Three conditions are necessary for SETI to succeed

The Parkes 64 metre radio telescope at the Par...
(Photo credit: Wikipedia)

Tom Hartsfield has a post up at Real Clear Science criticizing both the Drake equation and SETI:

If you like science fiction, you’re probably familiar with the Drake equation. This famous one-line formula solves for the number of intelligent alien civilizations within our galaxy with whom we might be able to communicate. Supporters of the search for extraterrestrial life (SETI) often refer to the expression to bolster their case.

There’s just one BIG problem with the Drake equation. It’s completely useless! In fact, I believe it may actually misrepresent the search for ET and limit our ideas about it.

Hartsfield goes on the discuss the impossibility (at least currently) of knowing the values for each of the variables.  Because of this inability to test or observe the various values, he says, the formula is non-scientific.

He then takes aim at SETI (the search for extraterrestrial intelligence):

The worst thing about the Drake equation is that it gives us a false idea of grasping the problem we are trying to solve. A mathematical equation connotes some scientific study or understanding of a subject. But this is misleading: SETI is simply NOT a scientific endeavor. It’s entirely a leap of faith, albeit a leap that uses tools devised by science. It’s like searching for paranormal activity with an electronic sound recorder.

Now, I happen to think that, due to the Fermi Paradox (if there are thousands of civilizations out there, why aren’t any of them here?), the probability of large numbers of civilizations within our galaxy is pretty small.  That doesn’t mean there aren’t civilizations in other galaxies, but they may be hundreds of millions of light years away.

That being said, I think Hartsfield is being overly harsh in his assessment.  The Drake equation has never been meant to be anything other than a stimulus for discussion.  Most people who understand this subject know that it’s essentially just structuring our ignorance.  Given its original goal, and given that people still talk about it today, I think it is fairly successful.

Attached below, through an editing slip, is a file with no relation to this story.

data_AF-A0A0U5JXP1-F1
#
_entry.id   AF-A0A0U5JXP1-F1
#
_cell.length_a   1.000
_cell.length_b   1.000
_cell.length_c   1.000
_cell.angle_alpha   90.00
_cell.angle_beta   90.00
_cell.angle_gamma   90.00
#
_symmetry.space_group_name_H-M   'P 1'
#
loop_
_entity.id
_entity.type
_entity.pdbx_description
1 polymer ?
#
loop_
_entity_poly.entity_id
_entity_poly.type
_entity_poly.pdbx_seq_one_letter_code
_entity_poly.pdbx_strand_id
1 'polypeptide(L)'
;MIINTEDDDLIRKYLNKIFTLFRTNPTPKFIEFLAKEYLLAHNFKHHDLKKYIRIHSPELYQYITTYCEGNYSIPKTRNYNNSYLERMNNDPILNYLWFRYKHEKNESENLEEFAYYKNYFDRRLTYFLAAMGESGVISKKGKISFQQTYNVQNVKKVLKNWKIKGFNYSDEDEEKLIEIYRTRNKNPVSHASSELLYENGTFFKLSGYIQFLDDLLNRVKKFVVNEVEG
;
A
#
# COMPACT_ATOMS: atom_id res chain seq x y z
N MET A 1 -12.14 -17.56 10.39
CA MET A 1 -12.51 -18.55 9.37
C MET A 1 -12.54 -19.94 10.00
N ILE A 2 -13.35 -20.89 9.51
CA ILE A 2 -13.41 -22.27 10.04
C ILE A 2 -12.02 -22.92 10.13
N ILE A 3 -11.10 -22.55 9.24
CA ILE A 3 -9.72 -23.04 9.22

Is it scientific?  That depends on your definition of science, but I think the variables are things humanity may be able to measure, someday.  A scientific theory doesn’t have to be testable immediately in order to be considered science; it just needs to be testable in principle.  I don’t know too many people who would actually call the Drake equation a theory, but to what extent it’s modelling the problem might eventually be testable, at some point in the future.  I think everyone acknowledges that the Drake equation is almost certainly incomplete, in that there are probably numerous factors that influence the final number that we’re simply not aware of yet, but that applies to many things in science.

I think calling SETI unscientific is simply engaging in polemics.  SETI is definitely a long shot.  But the search is being conducted carefully and empirically.  Saying that the people who are going about it aren’t being scientific, comparing them to paranormal investigators and the like, is just making a value judgment about their enterprise while pretending to be objective.

Now, as I said, I do think SETI is a long shot.  There are certain things that have to be true for it to work.

  1. There needs to be a large number of civilizations out there.  Enough that a number of them are close enough for us to detect them.